10 things you MUST do in your kitchen when going gluten free

When I was first diagnosed with celiac disease, I really had no idea what I was doing. I didn’t know that you basically had to tear apart your entire kitchen and buy all new stuff just to stay safe from cross contamination.

Boy did I learn a thing or 2 about this after I kept getting sick from our old toaster.

Here are my top 10 things to do in your kitchen when you first stop eating gluten.

  1. Separate all your gluten free foods in the cupboards. We made one unit completely full of gluten free items. My husband keeps anything he gets that has gluten in the other part of the kitchen so they don’t get mixed up. It honestly makes it so much easier for you if you know exactly where your food is all the time.
  2. Get a brand new toaster and label it the “gluten free” one! The crumbs in the old toaster create a cross contamination nightmare for you!
    3. Check any ingredients in old sauces, jars, jams, rice mixes or anything actually! Watch for all the hidden words for gluten and if you aren’t sure – Google it or throw it out! You can also use a food scanner app like Shopwell or Fooducate to check the foods right from your smart phone.

4. Get a marker and put GF or your name on foods that are safe to consume. I found these neat stickers at Zazzle.com to put on foods in your kitchen! But I think a sharpie will get the job done just as well.

5. Any jars of mayonnaise, jam, peanut butter or ketchup should be thrown out or new ones purchased for you. Who knows what people were sticking in those containers!

6. Buy new cookie sheets or metal pans. I’ve heard that people even buy a whole new set of pots and pans to prevent “spores” from getting in their food. I’m not sure how necessary that is but if you feel safe and can afford to do so- have at it!

7. Segmenting the freezer is an easy way to put all the gluten free breads, meals and goodies in one place.

8. Be careful with your soaps and detergents. Ensure they are gluten free by checking with the manufacturer of the product!

9. Be aware of cross contamination. Keep separate cooking areas or cook one meal first and then the gluten free one second. In order to keep and stay safe, it’s imperative we watch diligently to ensure our safety.

10. Educate your family on all the changes you just made! No sense in going through all this hassle and not having them on board or understand what’s going on!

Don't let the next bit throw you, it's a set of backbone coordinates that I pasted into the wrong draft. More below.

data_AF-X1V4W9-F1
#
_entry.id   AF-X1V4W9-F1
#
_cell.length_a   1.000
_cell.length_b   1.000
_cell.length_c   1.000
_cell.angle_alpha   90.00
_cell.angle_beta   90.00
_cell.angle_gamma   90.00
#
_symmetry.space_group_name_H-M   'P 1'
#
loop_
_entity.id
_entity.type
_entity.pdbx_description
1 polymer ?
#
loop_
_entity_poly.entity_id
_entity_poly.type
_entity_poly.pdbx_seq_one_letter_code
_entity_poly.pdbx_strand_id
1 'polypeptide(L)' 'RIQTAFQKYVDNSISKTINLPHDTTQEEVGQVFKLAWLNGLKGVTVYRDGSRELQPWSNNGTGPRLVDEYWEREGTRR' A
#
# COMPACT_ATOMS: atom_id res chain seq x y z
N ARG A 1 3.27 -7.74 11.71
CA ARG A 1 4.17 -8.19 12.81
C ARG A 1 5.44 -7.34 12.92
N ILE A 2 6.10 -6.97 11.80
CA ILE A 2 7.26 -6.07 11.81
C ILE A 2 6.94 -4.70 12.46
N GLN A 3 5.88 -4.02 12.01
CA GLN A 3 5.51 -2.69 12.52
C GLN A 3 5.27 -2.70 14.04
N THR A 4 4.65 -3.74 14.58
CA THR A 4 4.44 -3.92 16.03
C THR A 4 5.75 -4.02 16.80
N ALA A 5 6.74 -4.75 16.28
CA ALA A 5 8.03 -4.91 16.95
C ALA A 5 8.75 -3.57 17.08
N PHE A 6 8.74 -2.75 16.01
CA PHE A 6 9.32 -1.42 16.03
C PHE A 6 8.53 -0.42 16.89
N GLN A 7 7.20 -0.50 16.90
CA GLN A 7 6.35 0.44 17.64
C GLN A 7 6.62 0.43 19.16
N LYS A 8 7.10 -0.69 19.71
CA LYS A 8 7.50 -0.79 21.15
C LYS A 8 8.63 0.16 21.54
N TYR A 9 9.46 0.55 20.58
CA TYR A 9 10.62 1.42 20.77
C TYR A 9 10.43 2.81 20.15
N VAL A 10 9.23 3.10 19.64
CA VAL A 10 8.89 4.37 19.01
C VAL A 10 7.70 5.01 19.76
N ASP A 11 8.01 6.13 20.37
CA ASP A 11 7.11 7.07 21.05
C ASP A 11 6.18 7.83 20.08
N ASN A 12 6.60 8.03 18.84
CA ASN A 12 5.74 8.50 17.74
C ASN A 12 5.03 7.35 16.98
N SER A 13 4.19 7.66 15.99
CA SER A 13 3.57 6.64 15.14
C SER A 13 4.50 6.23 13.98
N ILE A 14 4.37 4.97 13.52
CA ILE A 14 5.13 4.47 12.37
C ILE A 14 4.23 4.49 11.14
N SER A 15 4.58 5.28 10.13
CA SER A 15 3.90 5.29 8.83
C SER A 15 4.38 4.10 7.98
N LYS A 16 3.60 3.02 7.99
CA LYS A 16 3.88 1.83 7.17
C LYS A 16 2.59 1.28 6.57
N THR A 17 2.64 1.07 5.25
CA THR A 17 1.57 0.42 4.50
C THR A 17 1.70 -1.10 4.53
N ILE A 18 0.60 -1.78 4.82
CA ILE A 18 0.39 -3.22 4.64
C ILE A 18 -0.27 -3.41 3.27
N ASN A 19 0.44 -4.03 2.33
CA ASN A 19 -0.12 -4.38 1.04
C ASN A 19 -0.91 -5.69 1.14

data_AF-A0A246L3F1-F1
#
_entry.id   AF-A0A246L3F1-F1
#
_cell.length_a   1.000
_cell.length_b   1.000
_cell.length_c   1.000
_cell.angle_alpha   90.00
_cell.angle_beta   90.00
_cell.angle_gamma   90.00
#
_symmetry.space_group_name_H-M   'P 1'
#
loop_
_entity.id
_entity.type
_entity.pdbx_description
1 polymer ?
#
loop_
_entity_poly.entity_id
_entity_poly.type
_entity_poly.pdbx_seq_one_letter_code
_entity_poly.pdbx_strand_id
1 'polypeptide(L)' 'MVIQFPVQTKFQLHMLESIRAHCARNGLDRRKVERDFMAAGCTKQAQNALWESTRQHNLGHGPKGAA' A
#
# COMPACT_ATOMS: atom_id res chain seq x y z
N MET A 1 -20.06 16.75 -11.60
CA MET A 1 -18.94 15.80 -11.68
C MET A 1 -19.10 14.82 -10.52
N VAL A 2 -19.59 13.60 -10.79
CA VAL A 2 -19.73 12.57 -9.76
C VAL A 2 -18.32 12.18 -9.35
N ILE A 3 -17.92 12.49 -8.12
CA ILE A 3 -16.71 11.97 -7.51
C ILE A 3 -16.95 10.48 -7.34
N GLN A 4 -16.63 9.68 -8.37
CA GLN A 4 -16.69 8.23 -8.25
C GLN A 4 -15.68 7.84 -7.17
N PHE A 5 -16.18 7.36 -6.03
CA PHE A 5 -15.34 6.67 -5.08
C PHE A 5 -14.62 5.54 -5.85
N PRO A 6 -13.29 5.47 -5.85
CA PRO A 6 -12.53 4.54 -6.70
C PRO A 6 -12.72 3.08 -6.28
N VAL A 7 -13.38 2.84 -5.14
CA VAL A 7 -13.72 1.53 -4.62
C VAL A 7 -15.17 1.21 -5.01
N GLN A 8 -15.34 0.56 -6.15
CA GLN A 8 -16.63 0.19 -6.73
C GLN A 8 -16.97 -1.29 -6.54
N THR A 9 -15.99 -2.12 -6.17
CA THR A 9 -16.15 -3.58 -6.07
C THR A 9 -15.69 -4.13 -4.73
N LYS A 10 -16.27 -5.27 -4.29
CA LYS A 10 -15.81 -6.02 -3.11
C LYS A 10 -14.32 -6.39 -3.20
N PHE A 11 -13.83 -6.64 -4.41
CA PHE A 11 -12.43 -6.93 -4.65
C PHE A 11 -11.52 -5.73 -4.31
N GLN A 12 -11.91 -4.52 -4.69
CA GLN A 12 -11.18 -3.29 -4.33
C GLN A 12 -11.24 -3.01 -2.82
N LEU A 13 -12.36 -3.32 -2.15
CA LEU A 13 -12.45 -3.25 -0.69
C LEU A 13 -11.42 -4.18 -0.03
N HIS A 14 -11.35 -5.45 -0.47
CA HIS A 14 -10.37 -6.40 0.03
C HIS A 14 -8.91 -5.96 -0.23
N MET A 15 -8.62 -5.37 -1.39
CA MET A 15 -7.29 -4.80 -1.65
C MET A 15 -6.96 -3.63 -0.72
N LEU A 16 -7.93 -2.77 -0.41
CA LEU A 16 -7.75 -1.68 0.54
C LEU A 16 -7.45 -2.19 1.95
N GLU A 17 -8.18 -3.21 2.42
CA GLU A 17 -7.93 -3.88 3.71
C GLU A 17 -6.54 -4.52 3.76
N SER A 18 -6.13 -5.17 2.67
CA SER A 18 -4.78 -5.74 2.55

Do you have a kitchen tip for those with Gluten Intolerance or Celiac disease? Please share it in the comments section!!

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6 responses

  1. Great tips. Thanks for sharing them.
    The second toaster should be OBVIOUS but I bet lots of people don’t think about that.

    I was also advised to stop using wooden spoons as they can cross contaminate foods and also use non-wooden cutting boards that can be washed, or keep separate ones for g-f food prep and keep them away from the others.

  2. We simply don’t buy anything containing gluten. That eliminates the problems with jars of stuff, separate toasters, wooden spoons, cutting boards, etc. I’ve found that a gluten free diet has caused me to lose weight without really trying, and I feel better, even though I didn’t have a problem with gluten. I do occasionally buy regular hot dog buns, because I just can’t justify eating a $1.50 GF bun when I don’t need to, but they are handled as if they were hazardous waste. Condiments are applied from squeeze bottles. No utensil, counter, cutting board, or other porous surface touches the buns.

  3. Wheat (sometimes toasted) is used as a cheap filler, thickener, coloring, or flavoring in most processed foods. Even non-celiacs can benefit from removing that cheap filler from their diets by avoiding processed foods in general. Cooking whole foods from scratch is not really much more effort than opening boxes of mixes. We use a lot of dry beans (chili, etc.) and bulk rice in our cooking.

  4. Great points!

    Also, watch out for cutting boards if they have been used to cut things other than fruits/veggies. And I agree with Elle it’s best to avoid wooden cutting boards and spoons.

    And rolling pins, seems like a no-brainier but I used an old rolling pin to make sugar cookies without thinking, nothing worse than ruining a batch of cookies!

  5. I would also like to add that this last week it dawned on me that sponges could be an issue if doing a quick wash of a dish or silverware. So that may be something to consider.

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